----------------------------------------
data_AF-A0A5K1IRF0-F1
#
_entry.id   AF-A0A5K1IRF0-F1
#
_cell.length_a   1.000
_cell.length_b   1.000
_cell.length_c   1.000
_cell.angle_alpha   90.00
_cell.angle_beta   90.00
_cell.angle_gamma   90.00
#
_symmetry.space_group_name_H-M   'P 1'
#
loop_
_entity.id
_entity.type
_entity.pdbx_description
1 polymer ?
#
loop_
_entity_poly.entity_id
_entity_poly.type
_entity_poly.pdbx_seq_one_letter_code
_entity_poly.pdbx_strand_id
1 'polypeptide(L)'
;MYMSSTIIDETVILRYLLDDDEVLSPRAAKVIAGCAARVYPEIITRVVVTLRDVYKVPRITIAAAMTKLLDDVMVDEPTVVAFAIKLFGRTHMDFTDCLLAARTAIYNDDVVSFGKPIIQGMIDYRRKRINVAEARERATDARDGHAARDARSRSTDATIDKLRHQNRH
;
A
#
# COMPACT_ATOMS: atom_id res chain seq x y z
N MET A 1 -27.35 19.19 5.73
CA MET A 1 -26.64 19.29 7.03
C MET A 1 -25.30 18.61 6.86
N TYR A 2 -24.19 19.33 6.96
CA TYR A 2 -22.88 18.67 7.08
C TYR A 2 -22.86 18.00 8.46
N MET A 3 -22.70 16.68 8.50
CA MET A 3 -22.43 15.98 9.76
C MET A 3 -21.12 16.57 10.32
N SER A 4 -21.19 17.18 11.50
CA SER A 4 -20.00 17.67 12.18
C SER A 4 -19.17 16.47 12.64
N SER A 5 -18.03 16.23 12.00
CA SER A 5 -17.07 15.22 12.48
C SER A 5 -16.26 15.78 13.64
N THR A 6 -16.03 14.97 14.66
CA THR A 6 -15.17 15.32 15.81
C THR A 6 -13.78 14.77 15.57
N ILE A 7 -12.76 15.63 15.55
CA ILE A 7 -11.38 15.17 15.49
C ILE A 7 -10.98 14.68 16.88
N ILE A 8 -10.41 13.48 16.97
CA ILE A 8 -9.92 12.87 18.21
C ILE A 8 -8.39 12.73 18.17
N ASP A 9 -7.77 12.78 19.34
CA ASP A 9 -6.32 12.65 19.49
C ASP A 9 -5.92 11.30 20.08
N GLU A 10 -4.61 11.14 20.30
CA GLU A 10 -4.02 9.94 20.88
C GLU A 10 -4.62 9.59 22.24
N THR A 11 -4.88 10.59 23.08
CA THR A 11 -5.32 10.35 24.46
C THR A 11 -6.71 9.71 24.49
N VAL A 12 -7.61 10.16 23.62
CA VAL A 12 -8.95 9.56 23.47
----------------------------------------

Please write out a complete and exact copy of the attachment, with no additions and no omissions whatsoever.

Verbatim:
data_AF-A0A5K1IRF0-F1
#
_entry.id   AF-A0A5K1IRF0-F1
#
_cell.length_a   1.000
_cell.length_b   1.000
_cell.length_c   1.000
_cell.angle_alpha   90.00
_cell.angle_beta   90.00
_cell.angle_gamma   90.00
#
_symmetry.space_group_name_H-M   'P 1'
#
loop_
_entity.id
_entity.type
_entity.pdbx_description
1 polymer ?
#
loop_
_entity_poly.entity_id
_entity_poly.type
_entity_poly.pdbx_seq_one_letter_code
_entity_poly.pdbx_strand_id
1 'polypeptide(L)'
;MYMSSTIIDETVILRYLLDDDEVLSPRAAKVIAGCAARVYPEIITRVVVTLRDVYKVPRITIAAAMTKLLDDVMVDEPTVVAFAIKLFGRTHMDFTDCLLAARTAIYNDDVVSFGKPIIQGMIDYRRKRINVAEARERATDARDGHAARDARSRSTDATIDKLRHQNRH
;
A
#
# COMPACT_ATOMS: atom_id res chain seq x y z
N MET A 1 -27.35 19.19 5.73
CA MET A 1 -26.64 19.29 7.03
C MET A 1 -25.30 18.61 6.86
N TYR A 2 -24.19 19.33 6.96
CA TYR A 2 -22.88 18.67 7.08
C TYR A 2 -22.86 18.00 8.46
N MET A 3 -22.70 16.68 8.50
CA MET A 3 -22.43 15.98 9.76
C MET A 3 -21.12 16.57 10.32
N SER A 4 -21.19 17.18 11.50
CA SER A 4 -20.00 17.67 12.18
C SER A 4 -19.17 16.47 12.64
N SER A 5 -18.03 16.23 12.00
CA SER A 5 -17.07 15.22 12.48
C SER A 5 -16.26 15.78 13.64
N THR A 6 -16.03 14.97 14.66
CA THR A 6 -15.17 15.32 15.81
C THR A 6 -13.78 14.77 15.57
N ILE A 7 -12.76 15.63 15.55
CA ILE A 7 -11.38 15.17 15.49
C ILE A 7 -10.98 14.68 16.88
N ILE A 8 -10.41 13.48 16.97
CA ILE A 8 -9.92 12.87 18.21
C ILE A 8 -8.39 12.73 18.17
N ASP A 9 -7.77 12.78 19.34
CA ASP A 9 -6.32 12.65 19.49
C ASP A 9 -5.92 11.30 20.08
N GLU A 10 -4.61 11.14 20.30
CA GLU A 10 -4.02 9.94 20.88
C GLU A 10 -4.62 9.59 22.24
N THR A 11 -4.88 10.59 23.08
CA THR A 11 -5.32 10.35 24.46
C THR A 11 -6.71 9.71 24.49
N VAL A 12 -7.61 10.16 23.62
CA VAL A 12 -8.95 9.56 23.47